Imagined movements cause pain and swelling in a patient with complex regional pain syndrome
Moseley, G.L. (2004), Neurology 62: 1644
Again, the full text is behind a paywall. Again, I can’t afford to buy it, poverty and all that. And again, I say, FFS, if you’re going to use this as evidence that your method of treating chronic pain works, I do rather believe you should make the evidence available publicly!
This one costs $39. That’s $58 in Aussie dollars.
Yes, it’s been a long day of (trying to) read evidence that pain education reduces pain…I’m tired. And cranky. And am seeing the same issues, over and over again.
It reminds me that the ‘haves’ are the ones with the power and I am most definitely a ‘have not’. This is because I became seriously ill and disabled and I cannot work to support myself. I live on disability support and that is well under the poverty line. Which is no fun. I did not choose this, or cause my disease or pain. This is just how my life turned out, through no fault of my own. And that is not a fun thought, or very comfortable. However, that thought does not increase my pain. So let’s get back to the point…
This one is different! This one sounds really cool! And interesting. But, even before reading it, the title (again) gives the game away: “Patient”. Singular. This is a case study. A sample of one. One patient’s experience. Anecdotal, you might say. So, as evidence goes, its more ‘interesting’ than ‘robust!’.
And for science to stand up, for it to get the point of being evidence for anything, it needs to be repeatable. Is this repeatable? Did they try? Is this lady the only lady who can think about moving her hand and have it swell up, with out actually moving it? Yes? No?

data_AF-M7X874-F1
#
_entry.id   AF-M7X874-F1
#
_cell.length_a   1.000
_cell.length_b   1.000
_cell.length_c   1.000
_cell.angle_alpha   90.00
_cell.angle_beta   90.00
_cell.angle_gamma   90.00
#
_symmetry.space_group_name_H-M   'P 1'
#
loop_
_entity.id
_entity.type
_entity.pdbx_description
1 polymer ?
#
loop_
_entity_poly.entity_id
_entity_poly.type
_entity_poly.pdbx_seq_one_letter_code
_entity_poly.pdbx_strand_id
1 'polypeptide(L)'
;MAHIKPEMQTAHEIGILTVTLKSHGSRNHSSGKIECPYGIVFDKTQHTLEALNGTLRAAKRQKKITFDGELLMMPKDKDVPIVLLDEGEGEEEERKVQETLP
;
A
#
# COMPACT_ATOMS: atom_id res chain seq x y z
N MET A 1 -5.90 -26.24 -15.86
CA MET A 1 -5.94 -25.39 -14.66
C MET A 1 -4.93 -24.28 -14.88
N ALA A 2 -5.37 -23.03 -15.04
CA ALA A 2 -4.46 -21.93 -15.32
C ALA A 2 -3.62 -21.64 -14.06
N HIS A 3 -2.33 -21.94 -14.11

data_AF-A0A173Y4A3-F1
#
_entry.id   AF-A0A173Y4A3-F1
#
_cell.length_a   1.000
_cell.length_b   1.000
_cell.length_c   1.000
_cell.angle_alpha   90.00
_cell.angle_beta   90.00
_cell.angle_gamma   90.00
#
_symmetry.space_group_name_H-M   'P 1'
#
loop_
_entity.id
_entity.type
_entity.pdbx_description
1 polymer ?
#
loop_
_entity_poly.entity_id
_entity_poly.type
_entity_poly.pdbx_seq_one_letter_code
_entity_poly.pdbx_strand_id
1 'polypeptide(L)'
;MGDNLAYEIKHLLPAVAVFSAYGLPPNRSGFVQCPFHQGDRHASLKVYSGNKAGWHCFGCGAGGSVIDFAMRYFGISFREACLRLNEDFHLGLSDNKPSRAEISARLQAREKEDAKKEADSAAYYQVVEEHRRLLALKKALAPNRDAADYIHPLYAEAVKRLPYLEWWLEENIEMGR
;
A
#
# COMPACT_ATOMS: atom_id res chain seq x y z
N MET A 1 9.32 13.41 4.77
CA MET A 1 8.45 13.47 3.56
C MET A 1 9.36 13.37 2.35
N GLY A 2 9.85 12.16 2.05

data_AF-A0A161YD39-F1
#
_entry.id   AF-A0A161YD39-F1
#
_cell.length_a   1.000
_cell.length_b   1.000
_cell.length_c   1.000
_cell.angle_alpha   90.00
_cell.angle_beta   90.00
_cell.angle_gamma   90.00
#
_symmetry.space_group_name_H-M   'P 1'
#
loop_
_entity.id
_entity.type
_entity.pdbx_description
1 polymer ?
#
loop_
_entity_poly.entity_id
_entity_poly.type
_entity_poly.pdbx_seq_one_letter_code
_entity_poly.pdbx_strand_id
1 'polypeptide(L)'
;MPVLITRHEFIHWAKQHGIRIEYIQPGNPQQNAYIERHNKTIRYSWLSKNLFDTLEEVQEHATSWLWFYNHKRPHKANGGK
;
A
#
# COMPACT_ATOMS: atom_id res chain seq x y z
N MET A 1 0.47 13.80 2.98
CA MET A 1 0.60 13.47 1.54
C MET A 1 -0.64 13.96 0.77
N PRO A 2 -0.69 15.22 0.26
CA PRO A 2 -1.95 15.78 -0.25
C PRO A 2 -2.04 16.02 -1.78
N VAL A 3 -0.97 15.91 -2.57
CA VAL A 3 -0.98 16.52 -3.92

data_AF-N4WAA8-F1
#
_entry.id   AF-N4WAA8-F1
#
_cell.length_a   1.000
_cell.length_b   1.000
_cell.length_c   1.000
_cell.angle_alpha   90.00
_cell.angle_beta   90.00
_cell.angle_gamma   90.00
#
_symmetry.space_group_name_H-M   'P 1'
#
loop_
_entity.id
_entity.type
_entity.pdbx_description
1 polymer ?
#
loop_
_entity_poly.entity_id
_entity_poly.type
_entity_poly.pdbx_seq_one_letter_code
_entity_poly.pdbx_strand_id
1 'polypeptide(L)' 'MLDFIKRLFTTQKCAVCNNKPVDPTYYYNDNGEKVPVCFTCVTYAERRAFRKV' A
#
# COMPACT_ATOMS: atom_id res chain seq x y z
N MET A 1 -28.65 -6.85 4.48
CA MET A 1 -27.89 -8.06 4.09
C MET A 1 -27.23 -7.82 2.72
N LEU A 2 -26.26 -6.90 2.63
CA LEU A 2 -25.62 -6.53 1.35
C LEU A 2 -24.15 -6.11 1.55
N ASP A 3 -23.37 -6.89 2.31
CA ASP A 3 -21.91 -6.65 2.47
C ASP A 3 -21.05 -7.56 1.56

I would think that if Lorimer and Butler were really interested in providing ‘robust’ evidence, they would have done more study around this. They would have repeated it. Firstly, they would have repeated the experiment with this woman, to see if her hand always swells up when she thinks about moving it (but doesn’t actually move it). They would have tried to nail down the causes, which poses and positions caused swelling. And do they correlate to the poses and positions that cause swelling IF she actually moved her hand into those positions, in real life, as it were?
Then they should have tried it out on other people, to see how common an effect this is. Is this woman a rarity, or is this common in people with CRPS1. What about CRPS2? Does it happen there too? And then on normal controls. Can (some or all) normal people think about moving their hands into various positions and poses, and do they experience pain and swelling afterwards?
Which brings me to my next question. How long after imagining these positions did the swelling occur? Was it immediate or delayed? Are they sure that the imaginings caused the swelling and pain? How are they sure? I mean, pain and swelling are a pretty big part of CRPS1. Doesn’t she pretty much always have pain and swelling?
I’m sure all that info is in the full case report. Alas, I cannot read it.
If this woman is the only woman who can make her hand swell by thinking about movement, well, then she’s a party trick. Sadly for her, not really a marketable skill. Sadly for Moseley and Butler, not really evidence of anything.